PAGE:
The key things to know to make the right choice are what’s under your boot, and what’s on top of your ski.
Step 1: What Kind of Nordic Boots Do You Have?
First things first. There are five main types of nordic boot soles—all of which have corresponding bindings. Here’s a quick look:
75MM (3-Pin) Boots
75mm, or 3-pin, boots are the most obviously distinctive family of nordic ski boots. They have a 75mm wide ‘duck bill’ at the front of the boot, with three holes on the bottom of the bill that line up with the pins on their appropriate binding.
NNN boots, or New Nordic Norm boots, come in both BC (backcountry) and non-BC styles. NNN boots have a single bar at the toe and two channels that line up with corresponding ridges on the binding. NNN BC boots have the same configuration, but with a thicker bar and wider, deeper channels. NNN boots and NNN BC boots are not compatible with the same bindings!
Salomon Nordic System boots come in two different options: Profil and Pilot (the backcountry variant of SNS, X-ADV, was retired in 2015). All SNS boots have a bar at the toe and a single channel along the sole of the boot. SNS Profil boots have one bar, while SNS Pilot boots have two—one at the toe and one at the ball of the foot. SNS Profil and SNS Pilot boots are not compatible with the same bindings!
Have you figured out what boot and binding interface you need yet? Hopefully the answer is a resounding YES!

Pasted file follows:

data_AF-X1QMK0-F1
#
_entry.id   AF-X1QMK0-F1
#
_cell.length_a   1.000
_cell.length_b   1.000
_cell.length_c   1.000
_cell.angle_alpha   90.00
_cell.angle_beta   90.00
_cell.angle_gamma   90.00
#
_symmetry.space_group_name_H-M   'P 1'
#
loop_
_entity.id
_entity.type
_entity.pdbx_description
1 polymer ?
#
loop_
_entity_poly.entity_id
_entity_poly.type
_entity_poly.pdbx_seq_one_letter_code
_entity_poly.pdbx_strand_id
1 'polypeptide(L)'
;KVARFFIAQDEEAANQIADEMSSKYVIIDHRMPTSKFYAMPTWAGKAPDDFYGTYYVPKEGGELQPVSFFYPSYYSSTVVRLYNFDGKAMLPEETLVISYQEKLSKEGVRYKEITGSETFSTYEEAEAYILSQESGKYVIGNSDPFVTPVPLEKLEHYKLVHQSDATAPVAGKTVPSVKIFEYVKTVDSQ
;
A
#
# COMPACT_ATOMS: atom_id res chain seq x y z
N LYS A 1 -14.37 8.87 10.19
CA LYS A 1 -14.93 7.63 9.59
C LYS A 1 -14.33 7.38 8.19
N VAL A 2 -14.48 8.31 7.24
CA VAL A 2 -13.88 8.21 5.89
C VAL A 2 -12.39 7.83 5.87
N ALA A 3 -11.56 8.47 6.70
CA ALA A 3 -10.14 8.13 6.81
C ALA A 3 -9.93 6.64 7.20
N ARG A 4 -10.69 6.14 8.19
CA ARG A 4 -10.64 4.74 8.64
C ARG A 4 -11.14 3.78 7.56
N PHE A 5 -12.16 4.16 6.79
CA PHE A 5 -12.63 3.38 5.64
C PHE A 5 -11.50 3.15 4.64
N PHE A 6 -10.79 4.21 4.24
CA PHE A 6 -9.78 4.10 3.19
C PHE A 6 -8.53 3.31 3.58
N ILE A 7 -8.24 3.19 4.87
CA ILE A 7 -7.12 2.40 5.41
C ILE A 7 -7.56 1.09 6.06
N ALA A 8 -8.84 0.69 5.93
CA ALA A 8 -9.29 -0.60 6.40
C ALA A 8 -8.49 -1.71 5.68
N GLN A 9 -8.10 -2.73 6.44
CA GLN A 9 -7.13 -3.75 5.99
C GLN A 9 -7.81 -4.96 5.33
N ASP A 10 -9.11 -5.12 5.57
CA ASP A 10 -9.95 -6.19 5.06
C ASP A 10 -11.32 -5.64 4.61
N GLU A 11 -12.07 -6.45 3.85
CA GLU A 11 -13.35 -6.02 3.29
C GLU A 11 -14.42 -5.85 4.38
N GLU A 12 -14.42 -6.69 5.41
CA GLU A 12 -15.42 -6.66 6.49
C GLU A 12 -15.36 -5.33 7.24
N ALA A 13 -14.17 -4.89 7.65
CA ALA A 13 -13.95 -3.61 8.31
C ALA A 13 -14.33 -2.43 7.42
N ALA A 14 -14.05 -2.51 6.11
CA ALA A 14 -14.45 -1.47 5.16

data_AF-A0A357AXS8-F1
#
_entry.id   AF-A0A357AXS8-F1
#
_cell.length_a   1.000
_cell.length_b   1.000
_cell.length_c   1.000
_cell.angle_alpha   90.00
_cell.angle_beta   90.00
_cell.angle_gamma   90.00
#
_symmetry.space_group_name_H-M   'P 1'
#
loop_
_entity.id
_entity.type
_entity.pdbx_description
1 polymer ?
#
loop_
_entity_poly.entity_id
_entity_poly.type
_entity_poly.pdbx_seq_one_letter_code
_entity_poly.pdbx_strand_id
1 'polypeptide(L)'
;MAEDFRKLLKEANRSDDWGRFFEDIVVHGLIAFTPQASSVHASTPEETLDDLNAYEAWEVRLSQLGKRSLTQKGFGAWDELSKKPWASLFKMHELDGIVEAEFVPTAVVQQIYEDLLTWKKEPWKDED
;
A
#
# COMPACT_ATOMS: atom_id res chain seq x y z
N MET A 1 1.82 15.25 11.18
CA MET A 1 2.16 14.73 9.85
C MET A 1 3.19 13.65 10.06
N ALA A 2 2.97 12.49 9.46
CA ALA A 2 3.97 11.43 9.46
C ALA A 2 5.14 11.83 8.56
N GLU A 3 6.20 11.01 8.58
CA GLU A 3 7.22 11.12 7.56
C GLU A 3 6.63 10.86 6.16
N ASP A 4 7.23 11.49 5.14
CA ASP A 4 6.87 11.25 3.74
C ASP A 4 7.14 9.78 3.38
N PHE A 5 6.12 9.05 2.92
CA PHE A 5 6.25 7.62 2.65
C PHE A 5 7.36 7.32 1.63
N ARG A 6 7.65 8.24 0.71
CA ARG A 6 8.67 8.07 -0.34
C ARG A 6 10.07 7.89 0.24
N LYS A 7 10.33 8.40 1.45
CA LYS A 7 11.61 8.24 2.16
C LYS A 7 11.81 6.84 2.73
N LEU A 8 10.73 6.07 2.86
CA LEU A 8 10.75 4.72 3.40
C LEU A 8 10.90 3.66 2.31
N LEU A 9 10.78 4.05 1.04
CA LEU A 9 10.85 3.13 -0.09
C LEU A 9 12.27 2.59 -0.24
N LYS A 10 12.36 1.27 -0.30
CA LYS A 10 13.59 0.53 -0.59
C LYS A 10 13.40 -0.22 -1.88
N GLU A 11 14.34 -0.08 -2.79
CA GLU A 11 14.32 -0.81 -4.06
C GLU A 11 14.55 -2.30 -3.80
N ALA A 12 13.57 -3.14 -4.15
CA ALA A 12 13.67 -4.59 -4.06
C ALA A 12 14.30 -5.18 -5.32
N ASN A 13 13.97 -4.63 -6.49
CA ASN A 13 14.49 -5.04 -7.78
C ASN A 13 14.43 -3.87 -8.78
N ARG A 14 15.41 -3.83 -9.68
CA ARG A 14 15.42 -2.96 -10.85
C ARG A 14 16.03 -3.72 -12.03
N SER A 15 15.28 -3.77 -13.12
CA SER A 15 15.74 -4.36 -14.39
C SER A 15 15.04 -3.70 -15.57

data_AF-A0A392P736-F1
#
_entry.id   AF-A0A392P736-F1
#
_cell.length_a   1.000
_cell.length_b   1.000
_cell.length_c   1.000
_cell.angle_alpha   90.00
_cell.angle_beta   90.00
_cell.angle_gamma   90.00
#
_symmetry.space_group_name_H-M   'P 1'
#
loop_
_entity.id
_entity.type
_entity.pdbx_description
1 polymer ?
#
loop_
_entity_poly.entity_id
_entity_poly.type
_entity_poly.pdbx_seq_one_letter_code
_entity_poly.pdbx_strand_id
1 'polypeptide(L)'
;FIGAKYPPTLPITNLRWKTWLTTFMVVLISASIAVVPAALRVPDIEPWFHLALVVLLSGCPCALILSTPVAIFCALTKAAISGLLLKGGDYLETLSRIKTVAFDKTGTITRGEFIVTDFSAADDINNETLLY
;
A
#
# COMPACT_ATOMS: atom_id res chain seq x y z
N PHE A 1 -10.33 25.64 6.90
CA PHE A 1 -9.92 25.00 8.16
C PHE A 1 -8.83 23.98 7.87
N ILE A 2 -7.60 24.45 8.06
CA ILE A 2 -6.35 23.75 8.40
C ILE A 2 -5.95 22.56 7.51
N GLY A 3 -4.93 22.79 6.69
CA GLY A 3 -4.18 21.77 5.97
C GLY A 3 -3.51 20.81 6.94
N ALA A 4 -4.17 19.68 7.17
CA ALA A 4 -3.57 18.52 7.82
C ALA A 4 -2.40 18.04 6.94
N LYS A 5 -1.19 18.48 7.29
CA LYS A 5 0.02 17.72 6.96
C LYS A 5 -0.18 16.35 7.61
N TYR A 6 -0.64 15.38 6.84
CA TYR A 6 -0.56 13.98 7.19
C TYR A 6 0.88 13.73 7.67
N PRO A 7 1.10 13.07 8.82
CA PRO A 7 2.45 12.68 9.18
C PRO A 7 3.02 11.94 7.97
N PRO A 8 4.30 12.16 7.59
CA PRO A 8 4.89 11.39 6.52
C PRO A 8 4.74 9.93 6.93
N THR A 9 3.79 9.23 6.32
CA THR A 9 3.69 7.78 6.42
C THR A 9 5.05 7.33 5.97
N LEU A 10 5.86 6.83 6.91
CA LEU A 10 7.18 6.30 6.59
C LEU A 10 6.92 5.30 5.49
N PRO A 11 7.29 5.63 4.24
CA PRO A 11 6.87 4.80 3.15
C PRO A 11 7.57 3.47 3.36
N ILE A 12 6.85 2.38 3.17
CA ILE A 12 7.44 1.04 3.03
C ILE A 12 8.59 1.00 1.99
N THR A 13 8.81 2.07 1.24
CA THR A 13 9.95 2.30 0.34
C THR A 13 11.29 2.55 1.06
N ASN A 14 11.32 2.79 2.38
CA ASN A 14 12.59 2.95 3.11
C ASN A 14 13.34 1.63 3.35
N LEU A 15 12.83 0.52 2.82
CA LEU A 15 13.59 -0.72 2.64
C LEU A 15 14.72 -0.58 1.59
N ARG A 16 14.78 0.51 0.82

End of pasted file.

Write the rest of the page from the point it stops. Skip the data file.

Step 2: What’s on top of your Nordic Skis?
Next, let’s look at your skis. They can come one of four ways: Bare, with NIS plates attached to them, with IFP plates attached to them, or with bindings on them already.
If the skis are bare:
If the top of the ski is flat and has nothing on it, you can put any kind of binding on that ski, full stop. The world is your oyster!
If the skis have NIS Plates:
If your skis have plates that look like the one above, they have Nordic Integrated System, or NIS plates. NIS plates are only compatible with NIS bindings, which are NNN bindings that slide onto the plate, making them adjustable. You can differentiate NIS plates from IFP plates (more about them below) by the notches along the plate and the lack of a numbered adjustment mechanism. NIS plates and IFP plates are not interchangeable—NIS bindings cannot be mounted to IFP plates!
If the skis have IFP plates:
IFP (which stands for Integrated Fixation Plate) plates are compatible with Turnamic NNN bindings only. Turnamic bindings slide onto this plate and are adjustable, just like the NIS system. If your ski plate has a numbered adjustment mechanism on it and no notches, it’s an IFP plate, and you’ll need a Turnamic binding. Again, NIS plates and IFP plates are not interchangeable—Turnamic bindings cannot be mounted to NIS plates!
Hopefully now we’ve figured out what bindings should go on your skis and can choose accordingly. Ski bindings—nordic ski bindings in particular—can be confusing, but don’t fret. Once we’ve figured out what kind of boots you have, and if your skis have plates on them, it’s smooth sailing!
Check out the table below for a drilled-down look at nordic ski boot and binding compatibility and make sure you’re getting the right gear!
Nordic Boot Compatibility Quick Reference
Boot TypeCompatible BindingsSNS Profil BootsSNS Profil BindingsSNS Pilot BootsSNS Pilot Bindings3-Pin Boots75mm (3-Pin) Bindings
|NNN Boots||NNN Bindings, NIS Bindings, Turnamic Bindings, ProLink Bindings|
|NNN BC Boots||NNN BC Bindings|
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